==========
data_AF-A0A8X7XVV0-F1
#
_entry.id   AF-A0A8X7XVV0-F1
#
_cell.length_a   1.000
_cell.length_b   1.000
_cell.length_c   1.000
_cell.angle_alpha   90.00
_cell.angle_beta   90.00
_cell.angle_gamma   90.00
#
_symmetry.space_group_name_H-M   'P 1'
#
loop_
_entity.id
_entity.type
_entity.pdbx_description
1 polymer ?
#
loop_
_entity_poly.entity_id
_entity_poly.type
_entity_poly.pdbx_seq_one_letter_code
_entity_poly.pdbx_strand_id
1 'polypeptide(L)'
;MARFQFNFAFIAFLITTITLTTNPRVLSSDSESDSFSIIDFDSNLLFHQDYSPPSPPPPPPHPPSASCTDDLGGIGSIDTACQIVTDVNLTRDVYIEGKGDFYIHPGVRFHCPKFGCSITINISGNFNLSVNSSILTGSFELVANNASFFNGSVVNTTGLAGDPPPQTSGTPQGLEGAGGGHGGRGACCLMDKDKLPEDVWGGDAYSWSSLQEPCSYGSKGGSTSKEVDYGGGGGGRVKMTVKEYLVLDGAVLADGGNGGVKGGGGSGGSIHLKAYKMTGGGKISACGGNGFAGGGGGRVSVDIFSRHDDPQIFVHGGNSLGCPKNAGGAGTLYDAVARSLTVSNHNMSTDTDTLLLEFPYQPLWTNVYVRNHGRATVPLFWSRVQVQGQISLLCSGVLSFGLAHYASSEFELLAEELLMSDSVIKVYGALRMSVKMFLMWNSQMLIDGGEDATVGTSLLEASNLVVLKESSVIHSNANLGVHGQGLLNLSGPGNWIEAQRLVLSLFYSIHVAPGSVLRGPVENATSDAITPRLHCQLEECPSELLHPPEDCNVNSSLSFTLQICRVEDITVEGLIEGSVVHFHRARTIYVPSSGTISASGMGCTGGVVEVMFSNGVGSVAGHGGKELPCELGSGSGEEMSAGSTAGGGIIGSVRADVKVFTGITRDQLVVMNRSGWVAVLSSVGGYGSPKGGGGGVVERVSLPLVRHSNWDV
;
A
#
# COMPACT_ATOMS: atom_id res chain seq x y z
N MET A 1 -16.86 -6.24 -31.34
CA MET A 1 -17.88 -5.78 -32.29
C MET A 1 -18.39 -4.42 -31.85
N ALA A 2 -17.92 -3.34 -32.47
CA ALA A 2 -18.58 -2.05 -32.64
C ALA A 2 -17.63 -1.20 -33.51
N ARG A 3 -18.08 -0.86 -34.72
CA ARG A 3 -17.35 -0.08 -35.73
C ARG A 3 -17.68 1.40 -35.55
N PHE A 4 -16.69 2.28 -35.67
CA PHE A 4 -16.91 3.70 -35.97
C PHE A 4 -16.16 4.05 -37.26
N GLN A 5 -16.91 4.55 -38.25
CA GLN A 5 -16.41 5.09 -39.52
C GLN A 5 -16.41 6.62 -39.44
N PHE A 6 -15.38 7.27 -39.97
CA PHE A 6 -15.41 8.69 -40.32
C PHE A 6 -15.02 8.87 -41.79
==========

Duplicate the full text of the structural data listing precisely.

data_AF-A0A8X7XVV0-F1
#
_entry.id   AF-A0A8X7XVV0-F1
#
_cell.length_a   1.000
_cell.length_b   1.000
_cell.length_c   1.000
_cell.angle_alpha   90.00
_cell.angle_beta   90.00
_cell.angle_gamma   90.00
#
_symmetry.space_group_name_H-M   'P 1'
#
loop_
_entity.id
_entity.type
_entity.pdbx_description
1 polymer ?
#
loop_
_entity_poly.entity_id
_entity_poly.type
_entity_poly.pdbx_seq_one_letter_code
_entity_poly.pdbx_strand_id
1 'polypeptide(L)'
;MARFQFNFAFIAFLITTITLTTNPRVLSSDSESDSFSIIDFDSNLLFHQDYSPPSPPPPPPHPPSASCTDDLGGIGSIDTACQIVTDVNLTRDVYIEGKGDFYIHPGVRFHCPKFGCSITINISGNFNLSVNSSILTGSFELVANNASFFNGSVVNTTGLAGDPPPQTSGTPQGLEGAGGGHGGRGACCLMDKDKLPEDVWGGDAYSWSSLQEPCSYGSKGGSTSKEVDYGGGGGGRVKMTVKEYLVLDGAVLADGGNGGVKGGGGSGGSIHLKAYKMTGGGKISACGGNGFAGGGGGRVSVDIFSRHDDPQIFVHGGNSLGCPKNAGGAGTLYDAVARSLTVSNHNMSTDTDTLLLEFPYQPLWTNVYVRNHGRATVPLFWSRVQVQGQISLLCSGVLSFGLAHYASSEFELLAEELLMSDSVIKVYGALRMSVKMFLMWNSQMLIDGGEDATVGTSLLEASNLVVLKESSVIHSNANLGVHGQGLLNLSGPGNWIEAQRLVLSLFYSIHVAPGSVLRGPVENATSDAITPRLHCQLEECPSELLHPPEDCNVNSSLSFTLQICRVEDITVEGLIEGSVVHFHRARTIYVPSSGTISASGMGCTGGVVEVMFSNGVGSVAGHGGKELPCELGSGSGEEMSAGSTAGGGIIGSVRADVKVFTGITRDQLVVMNRSGWVAVLSSVGGYGSPKGGGGGVVERVSLPLVRHSNWDV
;
A
#
# COMPACT_ATOMS: atom_id res chain seq x y z
N MET A 1 -16.86 -6.24 -31.34
CA MET A 1 -17.88 -5.78 -32.29
C MET A 1 -18.39 -4.42 -31.85
N ALA A 2 -17.92 -3.34 -32.47
CA ALA A 2 -18.58 -2.05 -32.64
C ALA A 2 -17.63 -1.20 -33.51
N ARG A 3 -18.08 -0.86 -34.72
CA ARG A 3 -17.35 -0.08 -35.73
C ARG A 3 -17.68 1.40 -35.55
N PHE A 4 -16.69 2.28 -35.67
CA PHE A 4 -16.91 3.70 -35.97
C PHE A 4 -16.16 4.05 -37.26
N GLN A 5 -16.91 4.55 -38.25
CA GLN A 5 -16.41 5.09 -39.52
C GLN A 5 -16.41 6.62 -39.44
N PHE A 6 -15.38 7.27 -39.97
CA PHE A 6 -15.41 8.69 -40.32
C PHE A 6 -15.02 8.87 -41.79